They have also advised anyone with suspected development of COVID-19 symptoms to contact their health provider and tell them about any previous travel to China or exposure to a coronavirus patient.
On March 11th 2020, President Trump announced a 30-day travel ban affecting passengers arriving from the EU Schengen area would come into effect on March 13th. This suspends the entry of visitors from the 26 country bloc as well as citizens of the UK and Ireland whilst the ban remains in effect.
The 30-day travel restriction has then been extended and will remain in place until the pandemic is considered under control.
The ban, however, does not cover European countries outside of the Schengen Agreement. Citizens of Belarus, Bulgaria, Romania, Croatia, and Cyprus who have not been to the Schengen area within 14 days prior to arrival may still visit the United States without any restrictions. Belarussian passports expired between April 30, 2020, and July 31, 2020, will be considered valid with an extension of 3 months.
Whilst this does not affect all Europeans, the ban will be enforced against anyone who has been in the Schengen area up to 14 days prior to arriving in the US.
Additionally, US citizens, passport and green card holders are still entitled to enter the US from a European point of origin whilst the ban remains in effect. This exemption also applies to the following foreign nationals:
The US travel bans, which are in place to protect against Coronavirus will affect millions of foreign citizens worldwide. It is important to keep up to date with the current happenings surrounding the outbreak, however, at present, travelers from numerous regions will face restrictions on travel to the USA.
The US-China travel ban temporarily affects the ability of Chinese citizens to apply for a US EVUS, as well as other non-US citizens in China who need to apply for an ESTA visa waiver or a visa to enter the United States.
Foreign citizens who reside in China, have recently traveled to China, or intend to travel to China prior to a trip to the United States have been recommended to postpone all visa application appointments until after 14 days from the date of departure from China.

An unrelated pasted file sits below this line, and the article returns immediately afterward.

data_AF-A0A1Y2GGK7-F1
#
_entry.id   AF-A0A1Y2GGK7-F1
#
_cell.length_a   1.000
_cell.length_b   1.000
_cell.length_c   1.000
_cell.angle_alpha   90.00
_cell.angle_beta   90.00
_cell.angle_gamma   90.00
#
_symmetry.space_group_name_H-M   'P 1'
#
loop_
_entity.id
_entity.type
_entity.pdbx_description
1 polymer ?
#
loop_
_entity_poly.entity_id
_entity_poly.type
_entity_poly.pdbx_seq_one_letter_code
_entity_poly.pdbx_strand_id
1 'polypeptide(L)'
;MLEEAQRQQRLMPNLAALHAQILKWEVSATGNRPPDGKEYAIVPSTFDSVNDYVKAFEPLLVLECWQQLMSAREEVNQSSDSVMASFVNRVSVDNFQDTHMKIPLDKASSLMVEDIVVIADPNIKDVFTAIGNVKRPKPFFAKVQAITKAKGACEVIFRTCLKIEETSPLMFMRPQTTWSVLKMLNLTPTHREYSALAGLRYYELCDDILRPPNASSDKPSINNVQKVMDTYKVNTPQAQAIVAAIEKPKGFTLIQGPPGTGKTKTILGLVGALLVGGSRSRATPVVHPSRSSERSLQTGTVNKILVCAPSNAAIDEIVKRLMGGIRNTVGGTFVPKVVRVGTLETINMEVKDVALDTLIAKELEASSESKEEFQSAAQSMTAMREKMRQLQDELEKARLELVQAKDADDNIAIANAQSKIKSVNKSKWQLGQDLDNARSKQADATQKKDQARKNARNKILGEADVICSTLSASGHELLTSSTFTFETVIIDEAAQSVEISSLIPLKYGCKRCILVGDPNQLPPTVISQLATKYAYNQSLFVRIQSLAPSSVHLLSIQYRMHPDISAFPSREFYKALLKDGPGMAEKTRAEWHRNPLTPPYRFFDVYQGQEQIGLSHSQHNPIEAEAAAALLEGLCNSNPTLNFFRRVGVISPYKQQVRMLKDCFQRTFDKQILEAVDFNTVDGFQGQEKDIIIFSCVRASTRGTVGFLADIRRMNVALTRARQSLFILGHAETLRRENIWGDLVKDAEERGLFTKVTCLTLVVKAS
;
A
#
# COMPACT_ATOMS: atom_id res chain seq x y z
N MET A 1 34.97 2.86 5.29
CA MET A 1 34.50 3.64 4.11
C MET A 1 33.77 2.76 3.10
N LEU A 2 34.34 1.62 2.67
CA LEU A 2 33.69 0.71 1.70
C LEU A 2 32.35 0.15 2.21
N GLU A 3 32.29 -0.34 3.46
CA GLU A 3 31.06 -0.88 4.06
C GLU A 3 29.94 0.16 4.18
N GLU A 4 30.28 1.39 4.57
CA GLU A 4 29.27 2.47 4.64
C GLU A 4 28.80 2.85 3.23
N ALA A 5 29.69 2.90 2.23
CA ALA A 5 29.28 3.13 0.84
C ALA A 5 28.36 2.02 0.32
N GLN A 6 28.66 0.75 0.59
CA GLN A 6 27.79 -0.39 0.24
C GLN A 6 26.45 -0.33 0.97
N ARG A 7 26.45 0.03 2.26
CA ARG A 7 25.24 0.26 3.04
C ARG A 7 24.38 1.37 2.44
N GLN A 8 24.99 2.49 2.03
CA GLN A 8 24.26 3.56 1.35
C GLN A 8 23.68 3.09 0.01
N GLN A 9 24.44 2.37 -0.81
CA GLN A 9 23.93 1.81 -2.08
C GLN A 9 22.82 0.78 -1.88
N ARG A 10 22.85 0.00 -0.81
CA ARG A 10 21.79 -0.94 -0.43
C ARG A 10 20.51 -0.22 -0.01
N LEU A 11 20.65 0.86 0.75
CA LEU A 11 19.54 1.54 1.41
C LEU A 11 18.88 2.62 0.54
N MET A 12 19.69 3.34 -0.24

Although foreign travelers to the United States from China are subject to the restrictions, there are a few exceptions in addition to US citizens and Permanent Residents. These are the same as the ones outlined above for passengers traveling from Europe.
The travel ban announced in the Presidential Proclamation affects the following 26 Schengen countries:
This also applies to non-Schengen members including:
Entry to the USA and travel authorizations such as ESTAs will be suspended to those affected during the length of the ban. Foreign nationals who have been in the Schengen area 14 days prior to arriving in the US will also be barred from entering the country.
The coronavirus travel restrictions apply also to countries outside of Europe. On top of China, these include:
Those who have visited the aforementioned non-European countries in the 14 days prior to their departure will not be allowed into the United States.
The same exceptions highlighted for the travel ban from China and Europe apply to passengers from the above countries.
On top of the regulations and restrictions included in this page, passengers must follow the measures and health advice set by the state or territory that constitutes their final destination.
For example, all individuals over 18 years of age and minors entering Massachusetts are required to complete the “Massachusetts Travel Form” upon or prior to arrival.
Those who are exempt from the Chinese and European travel ban will still be able to travel to the United States, but there will still be some airport restrictions for those who have recently spent time in China, Iran, Brazil, and the European Union: